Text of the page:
7.340 Under the Radar Screen: How Bugs Trick Our Immune Defenses

Spring 2007

Photo of bugs invading the immune system.
To ensure their own survival, viruses, bacteria, and parasites have devised ways to evade the immune surveillance of their respective host. By looking at the specific ways by which these microbes defeat the immune system and the molecular mechanisms that are under attack, the course aims to explore both host-pathogen interaction as well as gain insight into how the immune system operates when faced with such a challenge. (Image by Dr. G. Grotenbreg.)

Course Highlights

This literature-based seminar features a complete list of readings.

Course Description

In this course, we will explore the specific ways by which microbes defeat our immune system and the molecular mechanisms that are under attack (phagocytosis, the ubiquitin/proteasome pathway, MHC I/II antigen presentation). Through our discussion and dissection of the primary research literature, we will explore aspects of host-pathogen interactions. We will particularly emphasize the experimental techniques used in the field and how to read and understand research data. Technological advances in the fight against microbes will also be discussed, with specific examples.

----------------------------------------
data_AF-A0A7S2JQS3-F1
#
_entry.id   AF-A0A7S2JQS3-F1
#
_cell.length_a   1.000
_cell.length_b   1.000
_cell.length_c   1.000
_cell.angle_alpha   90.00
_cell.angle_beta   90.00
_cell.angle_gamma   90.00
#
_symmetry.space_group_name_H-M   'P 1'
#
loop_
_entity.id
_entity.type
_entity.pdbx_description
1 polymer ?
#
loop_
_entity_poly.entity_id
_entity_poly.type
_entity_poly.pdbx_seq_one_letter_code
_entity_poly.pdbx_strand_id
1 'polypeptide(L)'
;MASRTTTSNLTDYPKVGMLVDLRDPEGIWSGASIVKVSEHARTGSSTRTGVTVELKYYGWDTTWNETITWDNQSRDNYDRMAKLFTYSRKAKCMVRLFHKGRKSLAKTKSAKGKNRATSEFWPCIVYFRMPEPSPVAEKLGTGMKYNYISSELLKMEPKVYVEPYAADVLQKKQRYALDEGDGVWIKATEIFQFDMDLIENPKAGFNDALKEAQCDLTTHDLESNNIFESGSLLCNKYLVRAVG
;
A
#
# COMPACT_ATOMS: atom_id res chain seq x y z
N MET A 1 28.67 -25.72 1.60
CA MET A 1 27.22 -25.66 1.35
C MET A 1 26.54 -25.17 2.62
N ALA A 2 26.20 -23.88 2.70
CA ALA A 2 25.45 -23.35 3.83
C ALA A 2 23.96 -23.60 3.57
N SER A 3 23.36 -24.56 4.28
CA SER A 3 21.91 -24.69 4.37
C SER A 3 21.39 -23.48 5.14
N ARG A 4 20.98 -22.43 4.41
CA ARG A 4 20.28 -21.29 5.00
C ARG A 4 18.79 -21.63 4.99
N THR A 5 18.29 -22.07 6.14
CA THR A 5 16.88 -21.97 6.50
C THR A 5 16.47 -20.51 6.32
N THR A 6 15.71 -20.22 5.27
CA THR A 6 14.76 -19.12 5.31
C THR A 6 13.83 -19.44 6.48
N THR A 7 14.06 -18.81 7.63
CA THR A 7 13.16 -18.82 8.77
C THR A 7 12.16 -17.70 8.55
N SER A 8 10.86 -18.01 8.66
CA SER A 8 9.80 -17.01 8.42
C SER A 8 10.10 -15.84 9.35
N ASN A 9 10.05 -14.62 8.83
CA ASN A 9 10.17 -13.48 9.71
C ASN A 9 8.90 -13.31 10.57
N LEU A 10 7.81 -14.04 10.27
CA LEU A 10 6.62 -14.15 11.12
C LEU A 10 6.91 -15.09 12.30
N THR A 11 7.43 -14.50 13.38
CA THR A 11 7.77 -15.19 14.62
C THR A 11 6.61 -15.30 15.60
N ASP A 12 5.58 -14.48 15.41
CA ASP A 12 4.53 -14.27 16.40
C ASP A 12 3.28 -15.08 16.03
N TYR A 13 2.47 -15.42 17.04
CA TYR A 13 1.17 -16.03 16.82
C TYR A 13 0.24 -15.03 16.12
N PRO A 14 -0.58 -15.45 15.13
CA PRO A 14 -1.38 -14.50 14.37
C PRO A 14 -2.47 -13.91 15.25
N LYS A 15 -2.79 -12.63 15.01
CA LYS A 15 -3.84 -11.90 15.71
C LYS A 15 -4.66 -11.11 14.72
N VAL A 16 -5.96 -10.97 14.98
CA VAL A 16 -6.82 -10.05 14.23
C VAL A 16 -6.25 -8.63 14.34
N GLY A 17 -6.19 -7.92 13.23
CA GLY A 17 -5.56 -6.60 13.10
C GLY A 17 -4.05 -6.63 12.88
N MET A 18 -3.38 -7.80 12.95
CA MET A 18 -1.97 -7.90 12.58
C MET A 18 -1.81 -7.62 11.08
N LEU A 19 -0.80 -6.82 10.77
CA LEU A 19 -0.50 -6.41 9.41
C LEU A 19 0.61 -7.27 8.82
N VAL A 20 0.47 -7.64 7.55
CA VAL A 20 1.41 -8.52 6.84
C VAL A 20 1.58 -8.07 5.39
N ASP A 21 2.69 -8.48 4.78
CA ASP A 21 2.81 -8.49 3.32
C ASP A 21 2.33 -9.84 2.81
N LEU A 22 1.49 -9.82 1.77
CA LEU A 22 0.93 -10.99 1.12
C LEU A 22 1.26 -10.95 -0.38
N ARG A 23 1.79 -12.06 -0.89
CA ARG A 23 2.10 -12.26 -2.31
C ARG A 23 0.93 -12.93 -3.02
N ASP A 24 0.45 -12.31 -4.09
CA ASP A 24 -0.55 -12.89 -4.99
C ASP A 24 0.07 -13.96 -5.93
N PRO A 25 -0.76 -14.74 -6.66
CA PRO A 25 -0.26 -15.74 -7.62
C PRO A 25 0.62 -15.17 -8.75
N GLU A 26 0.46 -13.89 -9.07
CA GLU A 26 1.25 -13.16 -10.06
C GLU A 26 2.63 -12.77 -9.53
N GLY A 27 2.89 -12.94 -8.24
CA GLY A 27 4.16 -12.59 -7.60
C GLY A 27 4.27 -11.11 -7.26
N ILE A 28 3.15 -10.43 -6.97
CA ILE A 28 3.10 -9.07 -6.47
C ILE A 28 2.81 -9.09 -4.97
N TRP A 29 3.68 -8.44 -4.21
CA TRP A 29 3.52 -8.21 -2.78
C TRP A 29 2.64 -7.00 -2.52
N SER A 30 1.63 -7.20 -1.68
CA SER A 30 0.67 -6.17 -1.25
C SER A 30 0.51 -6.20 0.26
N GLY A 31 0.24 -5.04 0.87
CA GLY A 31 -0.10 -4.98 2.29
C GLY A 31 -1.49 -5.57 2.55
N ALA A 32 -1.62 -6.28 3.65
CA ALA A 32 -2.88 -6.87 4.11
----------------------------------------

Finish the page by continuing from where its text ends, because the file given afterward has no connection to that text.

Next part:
This course is one of many Advanced Undergraduate Seminars offered by the Biology Department at MIT. These seminars are tailored for students with an interest in using primary research literature to discuss and learn about current biological research in a highly interactive setting. Many instructors of the Advanced Undergraduate Seminars are postdoctoral scientists with a strong interest in teaching.

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Staff

Instructors:
Dr. Gijsbert Grotenbreg
Dr. Marie-Eve Paquet

Course Meeting Times

Lectures:
One session / week
2 hours / session

Level

Undergraduate